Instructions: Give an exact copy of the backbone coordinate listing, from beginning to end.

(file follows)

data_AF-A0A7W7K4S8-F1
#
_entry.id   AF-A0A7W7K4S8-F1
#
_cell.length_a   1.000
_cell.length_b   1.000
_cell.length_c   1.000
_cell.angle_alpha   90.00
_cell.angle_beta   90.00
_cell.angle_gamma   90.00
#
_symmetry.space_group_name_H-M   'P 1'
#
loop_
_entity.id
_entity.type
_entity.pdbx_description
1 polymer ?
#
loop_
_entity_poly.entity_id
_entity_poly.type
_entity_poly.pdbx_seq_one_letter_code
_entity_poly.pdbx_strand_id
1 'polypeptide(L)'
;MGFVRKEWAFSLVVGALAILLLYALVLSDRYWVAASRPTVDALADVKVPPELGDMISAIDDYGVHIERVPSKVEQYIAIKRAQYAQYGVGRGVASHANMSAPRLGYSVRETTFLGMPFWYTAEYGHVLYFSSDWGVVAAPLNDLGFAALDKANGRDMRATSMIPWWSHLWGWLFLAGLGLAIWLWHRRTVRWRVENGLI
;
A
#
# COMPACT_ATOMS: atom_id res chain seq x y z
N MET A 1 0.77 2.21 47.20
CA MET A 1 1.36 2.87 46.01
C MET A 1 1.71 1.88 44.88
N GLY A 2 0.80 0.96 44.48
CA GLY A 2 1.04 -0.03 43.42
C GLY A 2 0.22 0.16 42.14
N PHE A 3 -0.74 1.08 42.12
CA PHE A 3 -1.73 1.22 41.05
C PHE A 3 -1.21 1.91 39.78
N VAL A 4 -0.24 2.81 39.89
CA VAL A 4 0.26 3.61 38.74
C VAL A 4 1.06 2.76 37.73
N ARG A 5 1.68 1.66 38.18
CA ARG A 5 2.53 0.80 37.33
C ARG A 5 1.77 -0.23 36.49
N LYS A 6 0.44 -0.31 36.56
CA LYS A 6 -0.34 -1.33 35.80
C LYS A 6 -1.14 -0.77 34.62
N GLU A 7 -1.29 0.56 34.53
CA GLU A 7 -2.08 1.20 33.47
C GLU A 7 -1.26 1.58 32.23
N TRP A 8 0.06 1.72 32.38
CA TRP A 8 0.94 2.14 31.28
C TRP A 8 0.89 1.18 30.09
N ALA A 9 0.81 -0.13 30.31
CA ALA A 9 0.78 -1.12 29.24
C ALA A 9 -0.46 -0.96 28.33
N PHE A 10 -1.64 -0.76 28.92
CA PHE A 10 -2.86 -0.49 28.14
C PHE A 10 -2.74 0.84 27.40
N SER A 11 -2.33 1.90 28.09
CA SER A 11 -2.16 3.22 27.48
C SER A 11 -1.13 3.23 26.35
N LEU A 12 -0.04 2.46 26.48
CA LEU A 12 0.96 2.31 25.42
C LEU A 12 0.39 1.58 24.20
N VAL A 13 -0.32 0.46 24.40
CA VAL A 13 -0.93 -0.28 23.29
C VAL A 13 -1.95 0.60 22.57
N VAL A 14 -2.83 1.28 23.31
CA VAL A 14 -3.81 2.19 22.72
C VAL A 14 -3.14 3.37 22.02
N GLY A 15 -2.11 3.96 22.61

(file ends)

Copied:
data_AF-A0A7W7K4S8-F1
#
_entry.id   AF-A0A7W7K4S8-F1
#
_cell.length_a   1.000
_cell.length_b   1.000
_cell.length_c   1.000
_cell.angle_alpha   90.00
_cell.angle_beta   90.00
_cell.angle_gamma   90.00
#
_symmetry.space_group_name_H-M   'P 1'
#
loop_
_entity.id
_entity.type
_entity.pdbx_description
1 polymer ?
#
loop_
_entity_poly.entity_id
_entity_poly.type
_entity_poly.pdbx_seq_one_letter_code
_entity_poly.pdbx_strand_id
1 'polypeptide(L)'
;MGFVRKEWAFSLVVGALAILLLYALVLSDRYWVAASRPTVDALADVKVPPELGDMISAIDDYGVHIERVPSKVEQYIAIKRAQYAQYGVGRGVASHANMSAPRLGYSVRETTFLGMPFWYTAEYGHVLYFSSDWGVVAAPLNDLGFAALDKANGRDMRATSMIPWWSHLWGWLFLAGLGLAIWLWHRRTVRWRVENGLI
;
A
#
# COMPACT_ATOMS: atom_id res chain seq x y z
N MET A 1 0.77 2.21 47.20
CA MET A 1 1.36 2.87 46.01
C MET A 1 1.71 1.88 44.88
N GLY A 2 0.80 0.96 44.48
CA GLY A 2 1.04 -0.03 43.42
C GLY A 2 0.22 0.16 42.14
N PHE A 3 -0.74 1.08 42.12
CA PHE A 3 -1.73 1.22 41.05
C PHE A 3 -1.21 1.91 39.78
N VAL A 4 -0.24 2.81 39.89
CA VAL A 4 0.26 3.61 38.74
C VAL A 4 1.06 2.76 37.73
N ARG A 5 1.68 1.66 38.18
CA ARG A 5 2.53 0.80 37.33
C ARG A 5 1.77 -0.23 36.49
N LYS A 6 0.44 -0.31 36.56
CA LYS A 6 -0.34 -1.33 35.80
C LYS A 6 -1.14 -0.77 34.62
N GLU A 7 -1.29 0.56 34.53
CA GLU A 7 -2.08 1.20 33.47
C GLU A 7 -1.26 1.58 32.23
N TRP A 8 0.06 1.72 32.38
CA TRP A 8 0.94 2.14 31.28
C TRP A 8 0.89 1.18 30.09
N ALA A 9 0.81 -0.13 30.31
CA ALA A 9 0.78 -1.12 29.24
C ALA A 9 -0.46 -0.96 28.33
N PHE A 10 -1.64 -0.76 28.92
CA PHE A 10 -2.86 -0.49 28.14
C PHE A 10 -2.74 0.84 27.40
N SER A 11 -2.33 1.90 28.09
CA SER A 11 -2.16 3.22 27.48
C SER A 11 -1.13 3.23 26.35
N LEU A 12 -0.04 2.46 26.48
CA LEU A 12 0.96 2.31 25.42
C LEU A 12 0.39 1.58 24.20
N VAL A 13 -0.32 0.46 24.40
CA VAL A 13 -0.93 -0.28 23.29
C VAL A 13 -1.95 0.60 22.57
N VAL A 14 -2.83 1.28 23.31
CA VAL A 14 -3.81 2.19 22.72
C VAL A 14 -3.14 3.37 22.02
N GLY A 15 -2.11 3.96 22.61